Fight opioids
Inspired by the results of direct public engagement, the Canadian government in Manitoba adapted the EMPOWER trial of sleeping pills to opioid drugs.

The TAPERING trial randomized the entire Manitoba population to take opioids for chronic non-cancer pain relief. Over the next six months, opioid use decreased and there was a significant reduction in mortality after three months.

There was a similar story in the province of Newfoundland and Labrador, Canada, which in 2018 had one of the highest uses of sleeping pills and proton pump inhibitors (PPIs). for reflux in Canada.

Health officials in the region worked with the Canadian Deprescribing Network, the University of Montreal and Memorial University of Newfoundland to create SaferMedsNL. He allocated new funds to pharmacists to talk to patients about deprescribing.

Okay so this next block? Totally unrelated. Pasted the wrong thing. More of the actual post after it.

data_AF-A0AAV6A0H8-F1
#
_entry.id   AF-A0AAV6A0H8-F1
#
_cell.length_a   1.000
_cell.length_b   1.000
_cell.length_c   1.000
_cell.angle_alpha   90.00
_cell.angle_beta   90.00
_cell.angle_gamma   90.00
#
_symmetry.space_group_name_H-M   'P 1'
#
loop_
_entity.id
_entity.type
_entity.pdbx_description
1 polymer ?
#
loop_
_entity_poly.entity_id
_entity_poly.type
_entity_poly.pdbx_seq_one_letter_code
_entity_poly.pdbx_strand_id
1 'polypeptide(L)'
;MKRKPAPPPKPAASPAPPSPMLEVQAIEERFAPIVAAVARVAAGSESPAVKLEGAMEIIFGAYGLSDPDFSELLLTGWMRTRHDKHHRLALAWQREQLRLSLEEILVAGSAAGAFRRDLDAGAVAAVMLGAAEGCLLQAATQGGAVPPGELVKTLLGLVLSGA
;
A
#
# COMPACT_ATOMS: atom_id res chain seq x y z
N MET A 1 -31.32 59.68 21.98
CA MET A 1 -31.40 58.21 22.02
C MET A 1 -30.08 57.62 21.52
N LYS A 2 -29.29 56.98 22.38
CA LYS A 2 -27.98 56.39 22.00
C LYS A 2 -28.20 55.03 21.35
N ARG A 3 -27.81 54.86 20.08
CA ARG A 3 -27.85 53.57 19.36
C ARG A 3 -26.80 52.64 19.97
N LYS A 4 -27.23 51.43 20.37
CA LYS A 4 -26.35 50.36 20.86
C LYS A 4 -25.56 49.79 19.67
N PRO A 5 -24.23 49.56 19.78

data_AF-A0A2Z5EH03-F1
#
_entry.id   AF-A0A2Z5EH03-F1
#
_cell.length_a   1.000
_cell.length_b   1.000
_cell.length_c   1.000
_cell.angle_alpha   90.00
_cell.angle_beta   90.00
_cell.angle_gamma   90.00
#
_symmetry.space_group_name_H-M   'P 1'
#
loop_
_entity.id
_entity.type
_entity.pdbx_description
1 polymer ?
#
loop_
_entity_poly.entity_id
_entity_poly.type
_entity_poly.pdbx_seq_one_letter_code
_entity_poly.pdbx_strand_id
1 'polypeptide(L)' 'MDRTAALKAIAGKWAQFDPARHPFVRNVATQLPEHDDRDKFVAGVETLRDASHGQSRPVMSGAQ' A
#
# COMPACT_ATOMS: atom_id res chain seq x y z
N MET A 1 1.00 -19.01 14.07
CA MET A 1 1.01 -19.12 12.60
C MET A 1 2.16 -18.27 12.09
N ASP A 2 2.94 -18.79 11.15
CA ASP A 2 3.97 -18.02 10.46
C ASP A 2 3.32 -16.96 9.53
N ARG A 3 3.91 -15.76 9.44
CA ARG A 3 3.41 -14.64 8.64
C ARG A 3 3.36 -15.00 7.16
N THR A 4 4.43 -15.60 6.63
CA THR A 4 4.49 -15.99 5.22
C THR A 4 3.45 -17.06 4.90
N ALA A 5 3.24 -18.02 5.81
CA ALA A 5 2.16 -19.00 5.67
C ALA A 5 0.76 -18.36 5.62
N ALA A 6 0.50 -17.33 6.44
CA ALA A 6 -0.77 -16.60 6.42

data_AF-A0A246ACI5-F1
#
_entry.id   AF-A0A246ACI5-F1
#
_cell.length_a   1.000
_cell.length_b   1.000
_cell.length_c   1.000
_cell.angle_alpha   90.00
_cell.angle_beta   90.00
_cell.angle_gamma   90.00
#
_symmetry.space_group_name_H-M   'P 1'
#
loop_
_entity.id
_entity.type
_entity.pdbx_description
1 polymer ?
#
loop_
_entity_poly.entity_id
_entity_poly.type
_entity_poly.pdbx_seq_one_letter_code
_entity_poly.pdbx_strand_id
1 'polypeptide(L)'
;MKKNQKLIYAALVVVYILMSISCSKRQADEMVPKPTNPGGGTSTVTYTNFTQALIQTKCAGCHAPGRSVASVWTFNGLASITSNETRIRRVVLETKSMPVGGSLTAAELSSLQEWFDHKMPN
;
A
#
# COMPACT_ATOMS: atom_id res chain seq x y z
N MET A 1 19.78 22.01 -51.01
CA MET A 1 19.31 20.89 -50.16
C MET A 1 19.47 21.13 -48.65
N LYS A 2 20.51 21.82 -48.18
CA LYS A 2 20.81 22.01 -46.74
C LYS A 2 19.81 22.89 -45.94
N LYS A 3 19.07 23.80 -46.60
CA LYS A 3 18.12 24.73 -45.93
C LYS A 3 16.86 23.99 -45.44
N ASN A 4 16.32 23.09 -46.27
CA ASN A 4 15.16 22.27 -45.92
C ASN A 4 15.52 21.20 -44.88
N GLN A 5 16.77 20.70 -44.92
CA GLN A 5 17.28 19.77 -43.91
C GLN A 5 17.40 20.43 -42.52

Although final results are not available, an interim analysis shows that 20 percent of patients pharmacists spoke to continued to deprescribe their medications.

The pharmacist program was strengthened by a public awareness campaign aimed at educating people about the pros and cons of their medications. Awareness of overuse of PPIs has increased significantly across the province, which may increase patient-led conversations about deprescribing.

One in six people said their doctor or pharmacist told them about deprescribing. Governments now have a research-based roadmap to successfully reduce harmful drugs.

Originally published under Creative Commons by 360info ™.

Dr Justin Turner is Assistant Professor at the Faculty of Pharmacy at the University of Montreal and Co-Director of the Canadian Deprescribing Network. Justin Turner has received funding for his research from the Canadian Institutes of Health Research, MITACS and the Fonds de Recherche du Québec Santé.